> How to Start a Faster Wood Fire in a Fireplace
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How to Start a Faster Wood Fire in a Fireplace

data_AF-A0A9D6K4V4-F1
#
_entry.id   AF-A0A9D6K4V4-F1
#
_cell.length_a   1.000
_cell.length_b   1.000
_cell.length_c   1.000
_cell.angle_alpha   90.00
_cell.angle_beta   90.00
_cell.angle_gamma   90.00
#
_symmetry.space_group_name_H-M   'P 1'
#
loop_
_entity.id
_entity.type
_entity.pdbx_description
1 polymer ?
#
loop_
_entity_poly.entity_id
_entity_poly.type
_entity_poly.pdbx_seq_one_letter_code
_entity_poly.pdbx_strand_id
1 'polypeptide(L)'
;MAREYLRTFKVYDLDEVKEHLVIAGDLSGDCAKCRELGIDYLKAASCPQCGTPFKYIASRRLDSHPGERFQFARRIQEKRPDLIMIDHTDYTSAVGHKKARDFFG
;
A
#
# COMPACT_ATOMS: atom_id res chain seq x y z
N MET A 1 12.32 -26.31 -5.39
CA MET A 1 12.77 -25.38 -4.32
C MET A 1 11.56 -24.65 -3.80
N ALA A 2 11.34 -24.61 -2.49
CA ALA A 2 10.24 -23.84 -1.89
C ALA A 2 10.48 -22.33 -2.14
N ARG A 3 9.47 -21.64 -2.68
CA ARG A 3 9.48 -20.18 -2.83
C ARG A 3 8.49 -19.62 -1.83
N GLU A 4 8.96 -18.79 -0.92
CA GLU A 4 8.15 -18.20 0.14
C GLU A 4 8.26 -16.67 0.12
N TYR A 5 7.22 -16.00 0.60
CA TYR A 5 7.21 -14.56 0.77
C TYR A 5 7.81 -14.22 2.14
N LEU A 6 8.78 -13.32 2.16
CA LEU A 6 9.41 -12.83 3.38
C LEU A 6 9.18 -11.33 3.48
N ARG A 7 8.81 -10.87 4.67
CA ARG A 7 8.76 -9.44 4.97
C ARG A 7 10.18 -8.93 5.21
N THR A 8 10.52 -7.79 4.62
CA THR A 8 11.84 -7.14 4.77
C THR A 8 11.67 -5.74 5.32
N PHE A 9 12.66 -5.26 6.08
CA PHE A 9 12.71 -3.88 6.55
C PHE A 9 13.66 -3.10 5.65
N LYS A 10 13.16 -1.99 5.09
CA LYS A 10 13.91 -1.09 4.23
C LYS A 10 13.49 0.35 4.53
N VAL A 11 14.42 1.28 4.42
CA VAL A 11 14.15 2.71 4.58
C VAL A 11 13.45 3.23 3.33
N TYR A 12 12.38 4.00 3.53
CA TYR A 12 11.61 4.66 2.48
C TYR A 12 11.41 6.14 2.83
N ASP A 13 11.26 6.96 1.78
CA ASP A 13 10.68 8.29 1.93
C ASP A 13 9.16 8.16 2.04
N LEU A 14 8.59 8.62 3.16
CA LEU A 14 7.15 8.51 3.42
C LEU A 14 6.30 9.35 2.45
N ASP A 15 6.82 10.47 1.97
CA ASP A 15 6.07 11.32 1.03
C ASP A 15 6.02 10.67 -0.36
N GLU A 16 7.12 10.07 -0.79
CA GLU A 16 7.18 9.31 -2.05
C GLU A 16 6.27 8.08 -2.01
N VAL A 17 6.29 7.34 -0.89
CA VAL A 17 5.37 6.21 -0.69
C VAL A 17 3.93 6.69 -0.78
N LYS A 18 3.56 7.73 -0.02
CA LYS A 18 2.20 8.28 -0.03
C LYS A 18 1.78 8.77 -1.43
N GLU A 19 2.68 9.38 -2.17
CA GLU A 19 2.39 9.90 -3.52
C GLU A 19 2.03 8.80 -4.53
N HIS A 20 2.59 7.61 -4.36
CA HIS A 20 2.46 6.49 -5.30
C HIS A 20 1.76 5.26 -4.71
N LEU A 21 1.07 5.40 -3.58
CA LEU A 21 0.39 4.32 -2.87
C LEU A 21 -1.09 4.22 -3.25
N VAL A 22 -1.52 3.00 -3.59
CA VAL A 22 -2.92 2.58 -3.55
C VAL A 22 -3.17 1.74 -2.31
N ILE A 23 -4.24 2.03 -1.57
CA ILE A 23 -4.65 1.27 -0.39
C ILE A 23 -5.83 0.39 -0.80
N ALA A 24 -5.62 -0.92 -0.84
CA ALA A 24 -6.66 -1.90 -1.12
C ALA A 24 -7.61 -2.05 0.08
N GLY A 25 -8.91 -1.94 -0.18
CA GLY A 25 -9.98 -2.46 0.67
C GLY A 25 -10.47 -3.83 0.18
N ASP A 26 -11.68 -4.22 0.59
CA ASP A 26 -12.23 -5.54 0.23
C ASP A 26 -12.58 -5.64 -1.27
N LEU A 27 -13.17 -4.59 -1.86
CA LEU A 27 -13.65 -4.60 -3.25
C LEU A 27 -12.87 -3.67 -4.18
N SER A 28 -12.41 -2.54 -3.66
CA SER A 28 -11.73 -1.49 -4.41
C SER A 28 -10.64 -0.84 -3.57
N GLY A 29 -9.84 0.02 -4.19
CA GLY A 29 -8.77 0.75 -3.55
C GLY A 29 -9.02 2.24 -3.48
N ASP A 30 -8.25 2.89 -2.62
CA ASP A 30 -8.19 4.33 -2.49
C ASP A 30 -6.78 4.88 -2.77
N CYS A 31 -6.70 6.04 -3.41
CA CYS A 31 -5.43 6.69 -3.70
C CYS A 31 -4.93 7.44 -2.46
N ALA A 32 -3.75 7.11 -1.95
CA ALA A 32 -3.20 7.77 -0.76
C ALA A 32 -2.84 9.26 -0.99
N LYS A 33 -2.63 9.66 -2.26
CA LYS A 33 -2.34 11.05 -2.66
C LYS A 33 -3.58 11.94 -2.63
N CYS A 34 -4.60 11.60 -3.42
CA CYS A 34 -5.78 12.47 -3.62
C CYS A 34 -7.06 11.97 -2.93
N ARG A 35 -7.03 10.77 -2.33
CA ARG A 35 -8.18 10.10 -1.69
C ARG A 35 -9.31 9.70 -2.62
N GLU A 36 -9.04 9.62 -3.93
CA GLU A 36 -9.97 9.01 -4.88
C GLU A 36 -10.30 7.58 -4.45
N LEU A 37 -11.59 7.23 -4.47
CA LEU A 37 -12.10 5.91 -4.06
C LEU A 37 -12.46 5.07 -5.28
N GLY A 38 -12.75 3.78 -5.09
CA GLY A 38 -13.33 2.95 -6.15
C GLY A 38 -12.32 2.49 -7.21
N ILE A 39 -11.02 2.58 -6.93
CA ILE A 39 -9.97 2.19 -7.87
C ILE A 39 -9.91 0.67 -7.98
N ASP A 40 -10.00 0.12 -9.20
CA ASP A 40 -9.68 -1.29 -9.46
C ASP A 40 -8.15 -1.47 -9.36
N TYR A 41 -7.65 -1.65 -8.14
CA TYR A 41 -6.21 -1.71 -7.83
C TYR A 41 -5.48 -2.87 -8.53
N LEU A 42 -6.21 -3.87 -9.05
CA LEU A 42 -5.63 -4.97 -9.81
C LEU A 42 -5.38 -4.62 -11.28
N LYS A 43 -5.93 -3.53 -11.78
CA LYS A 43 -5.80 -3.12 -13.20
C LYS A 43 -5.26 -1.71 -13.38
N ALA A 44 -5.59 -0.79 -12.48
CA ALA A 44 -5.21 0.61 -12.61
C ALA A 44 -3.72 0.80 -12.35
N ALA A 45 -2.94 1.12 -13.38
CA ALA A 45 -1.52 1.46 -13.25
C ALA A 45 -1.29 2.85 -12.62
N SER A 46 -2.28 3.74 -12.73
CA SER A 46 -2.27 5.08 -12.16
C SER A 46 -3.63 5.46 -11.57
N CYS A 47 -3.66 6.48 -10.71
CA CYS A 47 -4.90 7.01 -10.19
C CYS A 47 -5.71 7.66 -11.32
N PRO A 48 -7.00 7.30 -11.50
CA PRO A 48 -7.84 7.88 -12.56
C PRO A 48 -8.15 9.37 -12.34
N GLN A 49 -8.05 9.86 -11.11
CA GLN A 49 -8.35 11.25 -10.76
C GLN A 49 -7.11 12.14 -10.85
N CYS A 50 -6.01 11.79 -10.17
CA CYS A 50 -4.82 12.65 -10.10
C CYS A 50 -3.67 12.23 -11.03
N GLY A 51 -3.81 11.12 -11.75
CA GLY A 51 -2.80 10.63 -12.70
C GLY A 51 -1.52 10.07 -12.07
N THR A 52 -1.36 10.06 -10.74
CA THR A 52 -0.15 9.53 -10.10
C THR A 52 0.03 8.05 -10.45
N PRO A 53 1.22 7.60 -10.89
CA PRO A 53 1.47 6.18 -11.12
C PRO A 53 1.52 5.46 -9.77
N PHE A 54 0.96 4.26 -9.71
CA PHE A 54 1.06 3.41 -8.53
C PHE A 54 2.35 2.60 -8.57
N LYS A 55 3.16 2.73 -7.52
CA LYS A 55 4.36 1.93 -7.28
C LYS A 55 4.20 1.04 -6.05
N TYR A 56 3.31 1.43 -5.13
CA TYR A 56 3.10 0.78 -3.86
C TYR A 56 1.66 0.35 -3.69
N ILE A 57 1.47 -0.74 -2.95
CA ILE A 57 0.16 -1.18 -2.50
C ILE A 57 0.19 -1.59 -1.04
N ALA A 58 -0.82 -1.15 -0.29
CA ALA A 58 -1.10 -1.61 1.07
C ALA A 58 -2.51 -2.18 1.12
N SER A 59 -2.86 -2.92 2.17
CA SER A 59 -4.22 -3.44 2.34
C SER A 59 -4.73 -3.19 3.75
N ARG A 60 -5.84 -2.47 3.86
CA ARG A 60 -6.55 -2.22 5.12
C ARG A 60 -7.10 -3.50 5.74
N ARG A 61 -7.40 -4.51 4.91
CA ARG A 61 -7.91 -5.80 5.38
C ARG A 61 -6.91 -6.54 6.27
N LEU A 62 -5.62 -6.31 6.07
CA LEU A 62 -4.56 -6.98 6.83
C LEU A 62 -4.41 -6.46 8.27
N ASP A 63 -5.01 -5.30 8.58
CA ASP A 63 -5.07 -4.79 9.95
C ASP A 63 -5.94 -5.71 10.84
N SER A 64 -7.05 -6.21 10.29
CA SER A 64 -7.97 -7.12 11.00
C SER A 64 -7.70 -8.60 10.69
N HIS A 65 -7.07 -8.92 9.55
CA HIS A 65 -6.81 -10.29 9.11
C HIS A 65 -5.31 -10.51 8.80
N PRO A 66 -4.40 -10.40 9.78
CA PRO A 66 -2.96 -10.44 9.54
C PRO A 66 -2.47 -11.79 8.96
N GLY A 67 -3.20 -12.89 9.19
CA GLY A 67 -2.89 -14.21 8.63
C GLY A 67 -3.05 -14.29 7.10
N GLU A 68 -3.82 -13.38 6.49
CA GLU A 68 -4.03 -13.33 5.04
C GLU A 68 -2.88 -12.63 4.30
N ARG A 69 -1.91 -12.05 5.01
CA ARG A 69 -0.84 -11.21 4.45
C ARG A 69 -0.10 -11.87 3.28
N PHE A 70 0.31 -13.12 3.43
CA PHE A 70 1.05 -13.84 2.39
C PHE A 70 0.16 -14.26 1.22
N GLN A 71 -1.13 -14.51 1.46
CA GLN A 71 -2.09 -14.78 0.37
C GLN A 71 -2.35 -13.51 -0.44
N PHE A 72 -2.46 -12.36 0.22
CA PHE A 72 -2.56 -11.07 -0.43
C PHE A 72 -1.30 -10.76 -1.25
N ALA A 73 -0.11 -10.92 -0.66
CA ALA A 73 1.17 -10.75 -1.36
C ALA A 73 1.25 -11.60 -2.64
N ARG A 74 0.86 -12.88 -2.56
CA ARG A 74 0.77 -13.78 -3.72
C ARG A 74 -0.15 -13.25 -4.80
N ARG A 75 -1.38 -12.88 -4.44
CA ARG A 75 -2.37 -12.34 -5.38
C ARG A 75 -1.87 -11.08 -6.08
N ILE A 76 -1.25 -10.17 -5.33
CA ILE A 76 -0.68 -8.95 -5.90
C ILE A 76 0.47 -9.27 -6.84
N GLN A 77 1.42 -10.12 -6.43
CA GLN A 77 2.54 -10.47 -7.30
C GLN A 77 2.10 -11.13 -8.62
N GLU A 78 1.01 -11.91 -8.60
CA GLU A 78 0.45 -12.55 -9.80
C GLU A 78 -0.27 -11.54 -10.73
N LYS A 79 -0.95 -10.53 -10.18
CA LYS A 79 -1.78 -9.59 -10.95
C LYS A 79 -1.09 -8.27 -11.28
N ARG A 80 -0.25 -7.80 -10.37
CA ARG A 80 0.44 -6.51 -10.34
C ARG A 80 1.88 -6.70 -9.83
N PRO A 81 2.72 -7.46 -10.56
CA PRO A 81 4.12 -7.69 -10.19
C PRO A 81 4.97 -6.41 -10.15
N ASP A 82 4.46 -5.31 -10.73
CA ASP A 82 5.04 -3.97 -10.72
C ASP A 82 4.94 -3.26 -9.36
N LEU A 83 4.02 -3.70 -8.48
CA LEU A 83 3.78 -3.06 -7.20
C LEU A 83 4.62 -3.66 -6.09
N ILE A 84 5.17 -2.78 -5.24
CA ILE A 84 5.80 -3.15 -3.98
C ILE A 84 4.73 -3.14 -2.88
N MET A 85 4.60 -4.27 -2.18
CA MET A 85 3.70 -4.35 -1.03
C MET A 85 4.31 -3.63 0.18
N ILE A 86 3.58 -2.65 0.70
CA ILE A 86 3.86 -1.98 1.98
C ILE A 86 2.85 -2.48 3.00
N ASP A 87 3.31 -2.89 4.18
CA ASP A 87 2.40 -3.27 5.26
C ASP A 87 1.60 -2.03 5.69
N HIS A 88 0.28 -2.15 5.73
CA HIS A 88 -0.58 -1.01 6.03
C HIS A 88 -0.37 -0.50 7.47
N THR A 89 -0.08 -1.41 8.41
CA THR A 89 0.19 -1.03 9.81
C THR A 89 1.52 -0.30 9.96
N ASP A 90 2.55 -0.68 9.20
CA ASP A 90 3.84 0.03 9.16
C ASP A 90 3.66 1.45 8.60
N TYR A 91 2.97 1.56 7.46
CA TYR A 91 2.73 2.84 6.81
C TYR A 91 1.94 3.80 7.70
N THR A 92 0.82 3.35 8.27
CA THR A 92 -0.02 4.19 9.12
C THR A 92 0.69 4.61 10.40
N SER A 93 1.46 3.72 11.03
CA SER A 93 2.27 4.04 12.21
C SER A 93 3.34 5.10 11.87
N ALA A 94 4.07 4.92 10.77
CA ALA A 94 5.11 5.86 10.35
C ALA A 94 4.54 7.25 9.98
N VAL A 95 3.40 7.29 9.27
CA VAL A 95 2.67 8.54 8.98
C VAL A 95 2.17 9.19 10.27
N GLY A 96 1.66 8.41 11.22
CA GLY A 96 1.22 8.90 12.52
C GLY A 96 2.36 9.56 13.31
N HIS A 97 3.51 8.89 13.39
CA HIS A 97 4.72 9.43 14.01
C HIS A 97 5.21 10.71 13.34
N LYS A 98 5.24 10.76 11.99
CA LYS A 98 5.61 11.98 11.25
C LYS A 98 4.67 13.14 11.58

It’s always good to know how to get a fire going in the fireplace, but wouldn’t you know how to get it going even faster now that the weather’s cold?</br></br>Starting a campfire is one thing, but starting a fire in a <a title="Wood Burning Fireplaces" href="http://www.atgstores.com/furniture/fireplaces/type/wood-burning/" target="_blank">wood-burning fireplace</a> is something else entirely and requires certain steps if you want to warm up your home without the wait. Here are a few key tips that will help you speed things up when the cold sets in:</br></br><strong>1. Keep dry kindling stacked and ready. </strong></br></br>Kindling is a must, but you don’t want to rely on it completely because it’s usually hard to come by – particularly if you’re splitting it yourself. Keep it dry so it catches faster and you’ll find you’ll need less of it to get the bigger logs going.</br></br><strong>2. Save your newspapers.</strong></br></br>Newspaper is best for starting kindling. It’s cheap, readily available and starts quickly. Untreated cardboard is also good, but more difficult to stock. Glossy paper and cardboard are less than ideal, and some boxes are even treated with flame-retardant chemicals that make them nearly useless for the task.</br></br><strong>3. Open the flue.</strong></br></br>Fire needs oxygen to breathe and so your <a title="Fireplaces" href="http://www.atgstores.com/furniture/living-room-furniture/fireplaces-mantels/fireplaces/" target="_blank">fireplace</a> flue should be partly open to let air pass through. If strong winds are swirling in from the chimney, just damp it a bit to get the right amount of airflow.</br></br><strong>4. Shovel out the ash.</strong></br></br>A thick layer of ash from previous fires will more easily smother your paper and kindling. Keep an ashcan handy and shovel out the firebox before starting your new fire.</br></br><strong>5. Use dry wood.</strong></br></br>“Green” or wet wood just won’t burn. Keep your woodpile under a tarp or shelter so you always have a dry supply.</br></br><strong>BONUS OPTION: Use a bellows.</strong></br></br>If you really want to get your fire going fast, don’t be afraid to use a <a title="Fireplace Bellows" href="http://www.atgstores.com/hardware/furniture-hardware/fireplace-hardware/fireplace-bellows/" target="_blank">fireplace bellows</a> to stoke the flames. They may be old-school, but they’re still around for a reason.